Another major market event that folks aren’t really ready to pay attention to is the Israel/Iran conflict. Iran over the weekend said they are planning to build five more nuclear facilities, basically thumbing their nose to the West, but specifically Obama and the U.S.. Israeli rhetoric is getting more intense with every day that goes by. Many experts now believe that there is a 50% chance that Israel will bomb Iran sometime in the first quarter of 2010. What would that mean? Well we may not follow the story closely but it will effect us dramatically.

Iran has said that if Israel attacks, that they will immediately bomb the oil fields in Saudi Arabia, that would take out about 10,000 barrels of supply a day off the market and oil would shoot to roughly $300 a barrel. Think of it. The Straits of Hormuz would probably get blocked by Iran which would cut off  supply even further. I’m far from a geo-political Armageddonist but yeah, these things to keep me up at night from time to time. Remember how Dubai came out of nowhere? Forget about the pleasant banter about V or W recoveries, the market will just crash, plain and simple, it will also make the deleveraging that we saw in 2008 and early 2009 look like choir practice.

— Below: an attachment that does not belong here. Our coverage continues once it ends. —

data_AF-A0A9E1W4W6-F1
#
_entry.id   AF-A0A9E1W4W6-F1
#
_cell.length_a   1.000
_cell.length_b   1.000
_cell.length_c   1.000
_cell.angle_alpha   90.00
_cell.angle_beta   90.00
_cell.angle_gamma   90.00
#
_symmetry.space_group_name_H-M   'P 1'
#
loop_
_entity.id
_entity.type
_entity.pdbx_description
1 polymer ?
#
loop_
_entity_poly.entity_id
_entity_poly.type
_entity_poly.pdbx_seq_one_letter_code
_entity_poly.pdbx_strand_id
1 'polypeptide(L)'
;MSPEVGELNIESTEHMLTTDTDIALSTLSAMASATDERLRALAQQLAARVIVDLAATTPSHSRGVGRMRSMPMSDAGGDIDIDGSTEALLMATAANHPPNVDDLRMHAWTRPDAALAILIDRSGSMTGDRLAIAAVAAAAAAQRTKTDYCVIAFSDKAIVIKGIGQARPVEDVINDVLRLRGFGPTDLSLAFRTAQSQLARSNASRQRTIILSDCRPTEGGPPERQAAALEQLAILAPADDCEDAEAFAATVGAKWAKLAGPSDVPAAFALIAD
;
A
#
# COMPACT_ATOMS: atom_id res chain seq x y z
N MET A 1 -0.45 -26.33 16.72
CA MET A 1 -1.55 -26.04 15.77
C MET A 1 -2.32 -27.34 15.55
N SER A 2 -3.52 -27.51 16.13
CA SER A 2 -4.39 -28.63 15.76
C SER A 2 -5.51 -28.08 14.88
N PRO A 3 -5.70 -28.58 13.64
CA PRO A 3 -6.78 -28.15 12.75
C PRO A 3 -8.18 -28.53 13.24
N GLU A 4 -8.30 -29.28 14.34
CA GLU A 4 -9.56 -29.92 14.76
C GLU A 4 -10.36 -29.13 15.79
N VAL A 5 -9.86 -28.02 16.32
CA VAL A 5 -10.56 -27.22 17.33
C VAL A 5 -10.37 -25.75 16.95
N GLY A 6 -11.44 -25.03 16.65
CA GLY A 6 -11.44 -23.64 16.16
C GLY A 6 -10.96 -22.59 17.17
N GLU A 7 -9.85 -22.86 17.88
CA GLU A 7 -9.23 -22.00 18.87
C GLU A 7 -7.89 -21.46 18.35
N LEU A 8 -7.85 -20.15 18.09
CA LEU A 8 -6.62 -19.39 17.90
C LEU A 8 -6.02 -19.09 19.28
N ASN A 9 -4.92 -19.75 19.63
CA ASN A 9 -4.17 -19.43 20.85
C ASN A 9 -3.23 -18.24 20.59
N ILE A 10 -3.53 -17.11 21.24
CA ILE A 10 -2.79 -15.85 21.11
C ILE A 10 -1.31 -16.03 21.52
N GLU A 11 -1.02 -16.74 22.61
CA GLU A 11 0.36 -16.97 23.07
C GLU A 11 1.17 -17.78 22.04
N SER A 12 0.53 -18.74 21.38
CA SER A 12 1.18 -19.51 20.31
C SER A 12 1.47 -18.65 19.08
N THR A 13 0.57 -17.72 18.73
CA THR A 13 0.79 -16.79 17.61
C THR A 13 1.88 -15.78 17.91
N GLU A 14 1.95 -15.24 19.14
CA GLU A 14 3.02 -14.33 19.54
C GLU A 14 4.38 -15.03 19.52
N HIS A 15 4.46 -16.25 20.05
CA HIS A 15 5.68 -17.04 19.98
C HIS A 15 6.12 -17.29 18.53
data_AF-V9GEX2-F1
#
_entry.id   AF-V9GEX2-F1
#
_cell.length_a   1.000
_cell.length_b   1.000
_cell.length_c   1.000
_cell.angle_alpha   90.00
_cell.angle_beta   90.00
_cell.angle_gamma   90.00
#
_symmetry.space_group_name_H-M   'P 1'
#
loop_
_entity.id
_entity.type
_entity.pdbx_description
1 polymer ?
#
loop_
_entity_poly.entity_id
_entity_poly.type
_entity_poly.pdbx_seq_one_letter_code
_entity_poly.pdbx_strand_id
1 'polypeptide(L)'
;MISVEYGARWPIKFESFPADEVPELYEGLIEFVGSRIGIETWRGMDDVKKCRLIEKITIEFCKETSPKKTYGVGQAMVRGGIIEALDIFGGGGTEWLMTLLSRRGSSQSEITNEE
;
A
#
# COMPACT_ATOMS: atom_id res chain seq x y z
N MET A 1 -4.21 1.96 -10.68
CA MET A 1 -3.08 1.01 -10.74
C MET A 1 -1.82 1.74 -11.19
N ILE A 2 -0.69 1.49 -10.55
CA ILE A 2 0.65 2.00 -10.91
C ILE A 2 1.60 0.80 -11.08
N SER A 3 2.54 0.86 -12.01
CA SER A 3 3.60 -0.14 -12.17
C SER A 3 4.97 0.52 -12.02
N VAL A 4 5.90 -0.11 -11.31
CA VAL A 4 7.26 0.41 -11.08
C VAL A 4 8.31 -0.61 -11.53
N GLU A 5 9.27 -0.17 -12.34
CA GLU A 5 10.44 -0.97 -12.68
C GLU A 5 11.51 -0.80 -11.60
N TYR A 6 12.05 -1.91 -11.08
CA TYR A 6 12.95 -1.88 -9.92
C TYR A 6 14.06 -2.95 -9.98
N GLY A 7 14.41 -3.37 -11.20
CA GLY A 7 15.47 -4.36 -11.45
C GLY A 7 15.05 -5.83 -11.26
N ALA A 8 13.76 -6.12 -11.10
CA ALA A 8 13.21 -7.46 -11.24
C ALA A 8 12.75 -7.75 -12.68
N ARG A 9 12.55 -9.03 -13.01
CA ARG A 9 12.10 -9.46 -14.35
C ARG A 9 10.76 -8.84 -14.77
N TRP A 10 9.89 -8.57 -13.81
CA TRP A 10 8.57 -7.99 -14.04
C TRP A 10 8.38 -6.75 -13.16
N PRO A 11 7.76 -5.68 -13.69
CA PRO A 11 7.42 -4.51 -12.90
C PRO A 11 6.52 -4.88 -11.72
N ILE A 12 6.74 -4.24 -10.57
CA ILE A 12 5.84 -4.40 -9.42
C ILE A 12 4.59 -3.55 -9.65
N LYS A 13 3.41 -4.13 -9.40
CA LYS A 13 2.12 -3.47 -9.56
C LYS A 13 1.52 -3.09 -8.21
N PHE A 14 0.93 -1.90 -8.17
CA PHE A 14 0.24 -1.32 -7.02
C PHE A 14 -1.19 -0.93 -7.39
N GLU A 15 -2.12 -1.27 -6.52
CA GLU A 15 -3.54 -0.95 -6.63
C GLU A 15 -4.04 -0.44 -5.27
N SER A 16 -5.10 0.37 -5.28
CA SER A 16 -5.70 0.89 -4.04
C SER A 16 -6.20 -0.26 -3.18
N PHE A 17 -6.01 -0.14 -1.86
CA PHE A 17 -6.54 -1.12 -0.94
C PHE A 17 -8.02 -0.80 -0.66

Here’s an interesting read/video on the subject.

Point is, we never know when an “event” will occur, invariably it happens when we’re sleeping and then it is too late. So always be hedged if you can, stops are important  intraday, but when an “event” occurs your position will most likely trade through the stop. It’s a great intention but you can get decimated anyway.

I can’t say enough how I do not trust this market, the complacency out there is mind numbing to me. This market is all light volume and fragile, other than unemployment being at disgraceful levels, there hasn’t been any seriously tragic news to upset the apple cart, hence S&P 1100 and the bears don’t want to start a ruckus without any bad news, but they are always there, waiting and at the ready. So let’s be careful and use our heads or it’s very possible that we can lose them.

I’m not posting any new names as it would be completely irresponsible with so much doubt and unanswered questions going into tomorrow. It’s impossible to make a judgement call on an anemic volume day(half day) like Friday. The real players will be back tomorrow.

What I will be watching for is a gap down, I think at this point that’s a strong possibility, and then a possible chance to make some smart buys. If tomorrow turns into Friday, but on a bigger scale, then it may offer up some good buy side opportunities. On the other side of the coin this may just be the negative catalyst that the bears have been waiting for to knock the stuffing out of this market until year end.

Also keep in mind that 90% of hedge funds have made their money for the year, they are pretty much done buying and if anything will take profits down the home stretch, so where will the buying come from?

Sorry for being vague, but that’s how I see it. Our longs could get stopped here, maybe not. I hope you had a great weekend and I will update tomorrow on the site if I am going long or short.

If you put a gun to head though, shorts that look interesting are: WFC, XHB, TOL, NAV, IYR, XLF